We all could stand to say “thank you” once in a while to those we appreciate. I’ll start by thanking you for reading this. Without loyal subscribers such as you, I wouldn’t be blogging.
With the Thanksgiving holiday coming up in the United States, it’s a great opportunity to send a note to your stakeholders that tells of your appreciation for them and asks for nothing in return. No call to action, just “thanks for being our customer.”
Get together your list of clients and customers. Have a large list and only want to write to the most engaged folks (or big spenders)? Segment them out and run an A/B test against the less engaged folks to measure responses. (In this case it’d be open rate since you’re not asking them to click anywhere or buy anything.) You can’t go wrong by writing to everyone, but this may be a way to figure out who’s just emotionally unsubscribed (the less engaged group who does open the thank you) and who’s totally checked out (the less engaged group who doesn’t even open a thank you).
You can also thank anyone who’s lent you a hand over the course of your business’s lifetime, professional contacts and/or friends of the business.
- Start with a greeting that includes their name. (Test your merge tags before hitting send. You don’t want to call someone by the wrong name!)
- Start the note with the two most important words: “thank you.” Then mention what they did for you.
- Give details about why their support is meaningful to you.
- Make mention of what’s ahead for your business and how their support has contributed to this future activity.
- Restate your thanks: “thank you again!”
- End with a regards
Anytime between now and the end of the year would allow you to reflect on the past year and look ahead to what’s planned in 2015.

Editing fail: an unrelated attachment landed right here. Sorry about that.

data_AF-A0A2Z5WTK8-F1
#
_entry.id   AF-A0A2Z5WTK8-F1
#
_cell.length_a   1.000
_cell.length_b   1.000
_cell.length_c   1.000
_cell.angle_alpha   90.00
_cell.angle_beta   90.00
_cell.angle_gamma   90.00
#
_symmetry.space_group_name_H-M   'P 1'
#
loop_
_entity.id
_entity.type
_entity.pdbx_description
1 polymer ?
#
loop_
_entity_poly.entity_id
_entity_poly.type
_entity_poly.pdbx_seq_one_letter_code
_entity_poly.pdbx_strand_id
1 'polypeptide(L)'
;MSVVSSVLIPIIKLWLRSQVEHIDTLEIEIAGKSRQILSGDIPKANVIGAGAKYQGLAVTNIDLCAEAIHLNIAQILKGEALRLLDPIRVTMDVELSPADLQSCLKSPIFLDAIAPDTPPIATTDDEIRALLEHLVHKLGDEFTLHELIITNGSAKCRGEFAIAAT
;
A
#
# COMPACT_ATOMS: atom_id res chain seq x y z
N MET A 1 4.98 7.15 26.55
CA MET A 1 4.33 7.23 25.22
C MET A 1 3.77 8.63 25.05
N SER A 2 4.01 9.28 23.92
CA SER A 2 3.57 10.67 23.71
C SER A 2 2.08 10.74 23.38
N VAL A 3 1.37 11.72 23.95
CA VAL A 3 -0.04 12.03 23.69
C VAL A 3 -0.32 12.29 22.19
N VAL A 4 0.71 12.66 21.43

For small lists (those under 25 addresses), send through a platform suited for 1:1 messages, such as Outlook or your web-based email program. But even those could benefit from an Email Software Program (ESP), such as MailChimp. If you have access to a graphic designer (or are one yourself), why not design a thank you image that fits within your company’s branding? You could also develop an image to use in a message that’s not in a letter format but is more similar to the marketing-centric messages your recipients are used to seeing.
A note that merely expresses gratitude will stand out in the recipient’s inbox during a season of messages designed to separate them from their money. In the process, you’ll engender goodwill and enhance your brand’s reputation.
Good brand example
Fabric.com figured they have 364 days in a year to sell their customers, so why take one day to just say thanks? To do that, the Amazon company sent the message below to its customers last Thanksgiving. By opting not to send their customers an offer on the holiday, they were able to strengthen their relationship with their customers and garner a lot of positive feedback from a note that asked for nothing in return. I liked this example a lot as a way for a faceless organization to be human and express its gratitude for the people buying their fabric from Fabric.com.